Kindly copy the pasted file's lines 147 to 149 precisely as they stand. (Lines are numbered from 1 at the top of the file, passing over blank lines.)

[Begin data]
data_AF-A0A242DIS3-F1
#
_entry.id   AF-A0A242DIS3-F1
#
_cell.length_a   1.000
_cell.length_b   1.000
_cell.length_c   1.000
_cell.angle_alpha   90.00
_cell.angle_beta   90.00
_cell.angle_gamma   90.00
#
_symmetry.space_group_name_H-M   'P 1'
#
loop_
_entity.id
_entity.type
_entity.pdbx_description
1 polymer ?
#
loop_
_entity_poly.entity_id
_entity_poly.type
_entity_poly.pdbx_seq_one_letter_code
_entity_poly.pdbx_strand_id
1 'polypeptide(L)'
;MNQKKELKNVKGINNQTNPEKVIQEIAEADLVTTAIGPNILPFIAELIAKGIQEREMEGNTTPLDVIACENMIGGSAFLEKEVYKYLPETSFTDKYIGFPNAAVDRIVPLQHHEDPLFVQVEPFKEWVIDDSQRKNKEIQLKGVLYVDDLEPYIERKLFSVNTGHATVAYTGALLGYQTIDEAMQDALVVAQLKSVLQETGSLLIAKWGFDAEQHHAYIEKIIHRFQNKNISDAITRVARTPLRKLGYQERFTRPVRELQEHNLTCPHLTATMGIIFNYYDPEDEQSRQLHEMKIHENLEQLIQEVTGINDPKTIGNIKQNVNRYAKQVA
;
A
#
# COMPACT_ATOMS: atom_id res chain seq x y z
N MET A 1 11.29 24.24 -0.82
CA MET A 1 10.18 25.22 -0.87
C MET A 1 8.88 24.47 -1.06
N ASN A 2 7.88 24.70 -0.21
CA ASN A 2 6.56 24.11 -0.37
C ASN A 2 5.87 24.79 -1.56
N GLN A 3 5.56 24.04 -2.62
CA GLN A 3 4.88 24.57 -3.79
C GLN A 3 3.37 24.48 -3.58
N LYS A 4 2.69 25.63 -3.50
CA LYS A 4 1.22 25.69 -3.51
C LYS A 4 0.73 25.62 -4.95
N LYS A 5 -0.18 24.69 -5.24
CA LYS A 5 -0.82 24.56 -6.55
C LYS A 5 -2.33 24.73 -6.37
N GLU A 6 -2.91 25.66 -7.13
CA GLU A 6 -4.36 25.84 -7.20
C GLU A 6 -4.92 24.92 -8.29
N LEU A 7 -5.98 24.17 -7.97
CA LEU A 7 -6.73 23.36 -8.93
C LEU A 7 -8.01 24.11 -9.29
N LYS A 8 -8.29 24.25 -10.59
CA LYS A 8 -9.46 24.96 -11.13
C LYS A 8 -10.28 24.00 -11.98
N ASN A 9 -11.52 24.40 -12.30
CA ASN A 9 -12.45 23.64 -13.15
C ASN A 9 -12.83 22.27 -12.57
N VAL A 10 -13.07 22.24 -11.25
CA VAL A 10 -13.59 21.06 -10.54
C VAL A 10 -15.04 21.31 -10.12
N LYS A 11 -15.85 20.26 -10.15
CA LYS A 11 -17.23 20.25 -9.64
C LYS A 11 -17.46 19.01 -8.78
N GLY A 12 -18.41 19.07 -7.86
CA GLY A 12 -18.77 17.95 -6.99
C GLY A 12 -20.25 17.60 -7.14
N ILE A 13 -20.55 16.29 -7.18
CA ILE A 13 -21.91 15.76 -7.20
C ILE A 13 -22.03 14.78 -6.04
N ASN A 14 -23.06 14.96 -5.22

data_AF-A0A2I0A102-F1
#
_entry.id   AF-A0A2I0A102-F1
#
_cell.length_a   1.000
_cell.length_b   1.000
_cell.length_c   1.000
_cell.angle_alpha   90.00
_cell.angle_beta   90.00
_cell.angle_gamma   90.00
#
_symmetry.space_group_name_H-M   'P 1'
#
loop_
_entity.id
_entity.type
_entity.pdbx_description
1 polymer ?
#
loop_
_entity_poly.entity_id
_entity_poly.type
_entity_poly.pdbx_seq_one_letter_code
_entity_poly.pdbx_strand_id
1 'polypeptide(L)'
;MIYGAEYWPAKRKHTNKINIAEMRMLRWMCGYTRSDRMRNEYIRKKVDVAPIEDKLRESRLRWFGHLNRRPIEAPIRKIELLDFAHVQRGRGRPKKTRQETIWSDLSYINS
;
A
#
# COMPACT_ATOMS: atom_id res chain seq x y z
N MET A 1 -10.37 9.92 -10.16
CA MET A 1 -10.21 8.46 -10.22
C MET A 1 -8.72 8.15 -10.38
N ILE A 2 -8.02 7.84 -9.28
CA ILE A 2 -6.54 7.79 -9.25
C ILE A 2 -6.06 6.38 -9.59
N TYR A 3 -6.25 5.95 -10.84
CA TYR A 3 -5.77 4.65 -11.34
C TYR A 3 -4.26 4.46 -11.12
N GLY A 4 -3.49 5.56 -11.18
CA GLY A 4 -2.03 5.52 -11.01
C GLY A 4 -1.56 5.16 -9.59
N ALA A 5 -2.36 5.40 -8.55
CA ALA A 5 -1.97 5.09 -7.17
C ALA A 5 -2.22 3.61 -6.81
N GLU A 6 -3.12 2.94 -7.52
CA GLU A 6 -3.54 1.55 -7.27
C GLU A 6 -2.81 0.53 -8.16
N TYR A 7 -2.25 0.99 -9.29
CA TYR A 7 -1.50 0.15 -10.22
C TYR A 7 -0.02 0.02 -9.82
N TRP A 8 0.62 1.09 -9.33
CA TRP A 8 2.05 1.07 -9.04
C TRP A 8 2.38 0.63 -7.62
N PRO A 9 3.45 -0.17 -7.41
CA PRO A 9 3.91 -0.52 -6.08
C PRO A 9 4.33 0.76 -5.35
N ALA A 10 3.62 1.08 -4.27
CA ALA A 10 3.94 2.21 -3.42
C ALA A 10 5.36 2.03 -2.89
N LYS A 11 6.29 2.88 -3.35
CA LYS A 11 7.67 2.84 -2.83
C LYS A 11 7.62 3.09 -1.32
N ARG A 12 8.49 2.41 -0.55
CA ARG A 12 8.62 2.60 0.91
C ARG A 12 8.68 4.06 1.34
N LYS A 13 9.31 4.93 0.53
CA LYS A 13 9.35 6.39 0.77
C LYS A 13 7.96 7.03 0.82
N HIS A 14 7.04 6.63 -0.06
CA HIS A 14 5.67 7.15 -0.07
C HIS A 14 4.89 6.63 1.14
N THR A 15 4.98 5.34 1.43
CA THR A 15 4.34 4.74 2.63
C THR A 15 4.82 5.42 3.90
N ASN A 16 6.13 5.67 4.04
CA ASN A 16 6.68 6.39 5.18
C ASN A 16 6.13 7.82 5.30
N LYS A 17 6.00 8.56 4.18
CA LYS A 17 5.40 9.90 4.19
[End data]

CA ASN A 16 6.68 6.39 5.18
C ASN A 16 6.13 7.82 5.30
N LYS A 17 6.00 8.56 4.18